Last weekend Obstacle Racing history was made!
This past September, NBC Sports descended upon Mt. Killington, as did thousands of racers, for the Spartan Race World Championship. The intent was to record the race and broadcast it in November. For whatever reason, the decision was made to put it off until December. The tension heightened briefly when news of the delay broke, as those that were looking forward to seeing it were getting more and more anxious. Could it have been NBC wanted to edit it down some more? Or, was this another one of Spartan’s cruel jokes, we all know Joe and Andy love to build us up to bring us back down again… alas, the day was upon us!
Nationwide, Spartans besieged training facilities, bars and living rooms to view the spectacle. Here in Massachusetts there were at least two events I knew of. One was held at Fanueil Hall in Boston and was hosted by the Spartan Race founders themselves. The other, in which I attended with a slew of other Spahtens, was held in Warwick, RI at Unleashed. The plan was to train for a bit at their immense OCR facility then head over to a local bar that was airing the event.
We trained for an hour and a half, changed, then the convoy began to Millers Crossing. We arrived and steadily the bar filled up. Their were a couple of locals at the bar in for an early Saturday drink or two, and they shook their heads wondering what we were all there for. 4pm hit and on cue the show began to much jubilation. Voices were hushed and we settled in.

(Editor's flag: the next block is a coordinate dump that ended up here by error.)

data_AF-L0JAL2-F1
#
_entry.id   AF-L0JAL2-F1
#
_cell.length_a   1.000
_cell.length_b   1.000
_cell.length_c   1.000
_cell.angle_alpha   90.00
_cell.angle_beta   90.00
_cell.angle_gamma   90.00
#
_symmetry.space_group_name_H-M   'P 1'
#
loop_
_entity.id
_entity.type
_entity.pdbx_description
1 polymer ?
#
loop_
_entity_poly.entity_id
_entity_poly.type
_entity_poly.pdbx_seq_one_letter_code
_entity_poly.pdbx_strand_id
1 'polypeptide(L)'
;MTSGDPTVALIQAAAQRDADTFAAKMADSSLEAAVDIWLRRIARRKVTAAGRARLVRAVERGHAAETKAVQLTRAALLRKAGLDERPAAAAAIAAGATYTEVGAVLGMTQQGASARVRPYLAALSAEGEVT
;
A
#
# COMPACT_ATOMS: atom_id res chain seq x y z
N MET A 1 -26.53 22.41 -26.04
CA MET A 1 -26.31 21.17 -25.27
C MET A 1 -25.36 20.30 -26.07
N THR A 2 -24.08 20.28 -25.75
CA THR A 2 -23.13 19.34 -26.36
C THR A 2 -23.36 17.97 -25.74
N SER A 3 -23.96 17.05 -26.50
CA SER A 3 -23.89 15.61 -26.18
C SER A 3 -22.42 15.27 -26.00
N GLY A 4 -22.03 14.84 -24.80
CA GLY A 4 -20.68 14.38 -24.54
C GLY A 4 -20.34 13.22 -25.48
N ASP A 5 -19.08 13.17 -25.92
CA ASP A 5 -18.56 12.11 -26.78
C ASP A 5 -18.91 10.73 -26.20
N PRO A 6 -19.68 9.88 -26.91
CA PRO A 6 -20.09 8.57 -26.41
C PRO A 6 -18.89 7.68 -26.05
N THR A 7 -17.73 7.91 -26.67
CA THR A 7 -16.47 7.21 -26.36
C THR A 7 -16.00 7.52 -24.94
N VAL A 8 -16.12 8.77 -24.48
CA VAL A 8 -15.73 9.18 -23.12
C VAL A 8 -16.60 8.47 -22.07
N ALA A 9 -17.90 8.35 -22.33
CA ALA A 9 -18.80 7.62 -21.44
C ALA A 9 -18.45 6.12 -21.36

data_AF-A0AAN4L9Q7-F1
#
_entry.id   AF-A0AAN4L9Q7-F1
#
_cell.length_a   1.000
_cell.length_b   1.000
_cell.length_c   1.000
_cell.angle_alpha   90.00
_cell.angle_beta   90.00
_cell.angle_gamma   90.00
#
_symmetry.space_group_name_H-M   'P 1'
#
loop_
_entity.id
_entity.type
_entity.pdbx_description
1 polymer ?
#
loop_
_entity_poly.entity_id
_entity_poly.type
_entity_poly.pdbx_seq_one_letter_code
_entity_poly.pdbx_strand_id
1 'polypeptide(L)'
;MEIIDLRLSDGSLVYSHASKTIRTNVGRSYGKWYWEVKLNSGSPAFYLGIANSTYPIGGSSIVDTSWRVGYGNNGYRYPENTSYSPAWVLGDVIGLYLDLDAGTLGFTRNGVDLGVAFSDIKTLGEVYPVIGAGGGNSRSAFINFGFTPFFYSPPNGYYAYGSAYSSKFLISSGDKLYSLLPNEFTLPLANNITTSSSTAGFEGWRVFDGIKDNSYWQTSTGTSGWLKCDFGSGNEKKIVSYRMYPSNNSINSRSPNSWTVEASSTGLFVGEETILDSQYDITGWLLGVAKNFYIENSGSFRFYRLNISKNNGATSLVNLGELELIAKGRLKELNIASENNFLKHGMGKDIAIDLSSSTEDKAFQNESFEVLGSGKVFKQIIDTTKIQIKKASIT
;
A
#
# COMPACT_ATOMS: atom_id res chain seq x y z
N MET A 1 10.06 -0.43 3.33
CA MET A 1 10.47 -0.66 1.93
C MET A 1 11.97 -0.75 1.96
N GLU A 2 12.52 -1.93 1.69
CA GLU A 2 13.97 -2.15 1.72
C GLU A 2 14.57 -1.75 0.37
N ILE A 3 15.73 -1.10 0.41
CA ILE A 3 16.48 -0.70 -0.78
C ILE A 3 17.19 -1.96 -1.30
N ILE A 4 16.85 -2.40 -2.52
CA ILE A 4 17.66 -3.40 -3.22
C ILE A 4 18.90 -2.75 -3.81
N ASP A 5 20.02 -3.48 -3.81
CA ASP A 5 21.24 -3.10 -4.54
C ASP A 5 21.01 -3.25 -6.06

How was it? Well, to be honest, I think it could have run a lot longer. An hour didn’t seem like enough time to truly capture the whole experience. If you have run one, then you know what I mean. That said, I understand why the decisions were made to present it to the public like it was. Ideally, Spartan is looking to be at the forefront of making OCR a legitimate sport. What we got was a bunch of footage of the elite racers. There were some brief bio’s given of each, but again, they only had an hours time so it was not as in-depth as some might hope.
There were a couple of stories scattered of some inspirational figures such as Chris Davis, Danny Rodriguez and Winter Vinecki of Team Winter. A Spartan Racer from Texas, Isaiah Vidal, was challenged and funded by Joe Desana (co-founder of Spartan Race) to ride his bike from Texas to Vermont. Briefly, a brain cancer survivor was highlighted, and pumped up those of us that watched with his miraculous turn around story.
Other than that, it was coverage of the race. Not much mention of individual obstacles, or at least not more than a couple. They did touch on some of the staples such as the spear toss, herculean hoist and the sandbag carry but this is where I think some attention could have been concentrated. Showing it done by the elites may have made some of those couch sitters cringe. Watching Matt, Cody and the other’s conquer the obstacles seemed like something only someone who was totally in shape could do, thus, making said couch sitter continue to sit on the couch. There was no ripping of people off the couch this time around.